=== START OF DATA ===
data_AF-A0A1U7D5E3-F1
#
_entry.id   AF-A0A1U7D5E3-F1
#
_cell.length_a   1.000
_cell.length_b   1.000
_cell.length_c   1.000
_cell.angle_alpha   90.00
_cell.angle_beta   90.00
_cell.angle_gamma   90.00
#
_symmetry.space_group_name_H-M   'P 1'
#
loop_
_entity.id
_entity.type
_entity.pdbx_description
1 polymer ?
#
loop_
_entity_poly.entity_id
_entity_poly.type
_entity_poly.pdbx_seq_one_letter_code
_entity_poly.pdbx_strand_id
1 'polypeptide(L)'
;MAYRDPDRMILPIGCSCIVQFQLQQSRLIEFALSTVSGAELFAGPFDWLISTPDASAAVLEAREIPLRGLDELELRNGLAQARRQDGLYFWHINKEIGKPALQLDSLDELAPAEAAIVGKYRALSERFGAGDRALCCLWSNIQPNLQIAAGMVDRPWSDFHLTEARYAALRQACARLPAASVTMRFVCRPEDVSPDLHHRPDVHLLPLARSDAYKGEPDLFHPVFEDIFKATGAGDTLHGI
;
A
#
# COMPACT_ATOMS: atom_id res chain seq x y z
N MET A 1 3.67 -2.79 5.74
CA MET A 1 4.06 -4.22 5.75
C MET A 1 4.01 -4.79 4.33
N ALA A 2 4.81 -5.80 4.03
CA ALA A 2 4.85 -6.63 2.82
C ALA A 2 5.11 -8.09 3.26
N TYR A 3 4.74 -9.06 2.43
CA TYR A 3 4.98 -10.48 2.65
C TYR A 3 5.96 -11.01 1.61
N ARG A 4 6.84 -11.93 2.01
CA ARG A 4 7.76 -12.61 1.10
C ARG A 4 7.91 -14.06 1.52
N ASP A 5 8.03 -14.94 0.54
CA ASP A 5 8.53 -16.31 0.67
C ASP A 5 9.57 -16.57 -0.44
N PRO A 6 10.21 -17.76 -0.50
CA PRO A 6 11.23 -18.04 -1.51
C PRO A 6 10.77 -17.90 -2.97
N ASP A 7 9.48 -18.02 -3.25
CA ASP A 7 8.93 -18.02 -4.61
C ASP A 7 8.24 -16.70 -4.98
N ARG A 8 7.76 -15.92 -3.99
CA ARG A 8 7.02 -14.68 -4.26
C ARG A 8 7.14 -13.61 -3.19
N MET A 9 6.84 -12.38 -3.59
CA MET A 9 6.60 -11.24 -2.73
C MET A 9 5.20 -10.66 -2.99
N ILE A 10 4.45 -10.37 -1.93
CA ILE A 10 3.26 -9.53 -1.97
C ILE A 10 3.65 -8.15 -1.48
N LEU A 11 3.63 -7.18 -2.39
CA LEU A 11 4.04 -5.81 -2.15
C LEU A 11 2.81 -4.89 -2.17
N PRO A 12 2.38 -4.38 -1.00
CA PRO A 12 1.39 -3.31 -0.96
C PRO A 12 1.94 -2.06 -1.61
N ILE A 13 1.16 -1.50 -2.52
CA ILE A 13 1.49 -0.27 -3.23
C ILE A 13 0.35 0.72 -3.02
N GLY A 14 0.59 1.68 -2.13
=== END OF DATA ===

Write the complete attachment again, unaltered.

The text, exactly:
data_AF-A0A1U7D5E3-F1
#
_entry.id   AF-A0A1U7D5E3-F1
#
_cell.length_a   1.000
_cell.length_b   1.000
_cell.length_c   1.000
_cell.angle_alpha   90.00
_cell.angle_beta   90.00
_cell.angle_gamma   90.00
#
_symmetry.space_group_name_H-M   'P 1'
#
loop_
_entity.id
_entity.type
_entity.pdbx_description
1 polymer ?
#
loop_
_entity_poly.entity_id
_entity_poly.type
_entity_poly.pdbx_seq_one_letter_code
_entity_poly.pdbx_strand_id
1 'polypeptide(L)'
;MAYRDPDRMILPIGCSCIVQFQLQQSRLIEFALSTVSGAELFAGPFDWLISTPDASAAVLEAREIPLRGLDELELRNGLAQARRQDGLYFWHINKEIGKPALQLDSLDELAPAEAAIVGKYRALSERFGAGDRALCCLWSNIQPNLQIAAGMVDRPWSDFHLTEARYAALRQACARLPAASVTMRFVCRPEDVSPDLHHRPDVHLLPLARSDAYKGEPDLFHPVFEDIFKATGAGDTLHGI
;
A
#
# COMPACT_ATOMS: atom_id res chain seq x y z
N MET A 1 3.67 -2.79 5.74
CA MET A 1 4.06 -4.22 5.75
C MET A 1 4.01 -4.79 4.33
N ALA A 2 4.81 -5.80 4.03
CA ALA A 2 4.85 -6.63 2.82
C ALA A 2 5.11 -8.09 3.26
N TYR A 3 4.74 -9.06 2.43
CA TYR A 3 4.98 -10.48 2.65
C TYR A 3 5.96 -11.01 1.61
N ARG A 4 6.84 -11.93 2.01
CA ARG A 4 7.76 -12.61 1.10
C ARG A 4 7.91 -14.06 1.52
N ASP A 5 8.03 -14.94 0.54
CA ASP A 5 8.53 -16.31 0.67
C ASP A 5 9.57 -16.57 -0.44
N PRO A 6 10.21 -17.76 -0.50
CA PRO A 6 11.23 -18.04 -1.51
C PRO A 6 10.77 -17.90 -2.97
N ASP A 7 9.48 -18.02 -3.25
CA ASP A 7 8.93 -18.02 -4.61
C ASP A 7 8.24 -16.70 -4.98
N ARG A 8 7.76 -15.92 -3.99
CA ARG A 8 7.02 -14.68 -4.26
C ARG A 8 7.14 -13.61 -3.19
N MET A 9 6.84 -12.38 -3.59
CA MET A 9 6.60 -11.24 -2.73
C MET A 9 5.20 -10.66 -2.99
N ILE A 10 4.45 -10.37 -1.93
CA ILE A 10 3.26 -9.53 -1.97
C ILE A 10 3.65 -8.15 -1.48
N LEU A 11 3.63 -7.18 -2.39
CA LEU A 11 4.04 -5.81 -2.15
C LEU A 11 2.81 -4.89 -2.17
N PRO A 12 2.38 -4.38 -1.00
CA PRO A 12 1.39 -3.31 -0.96
C PRO A 12 1.94 -2.06 -1.61
N ILE A 13 1.16 -1.50 -2.52
CA ILE A 13 1.49 -0.27 -3.23
C ILE A 13 0.35 0.72 -3.02
N GLY A 14 0.59 1.68 -2.13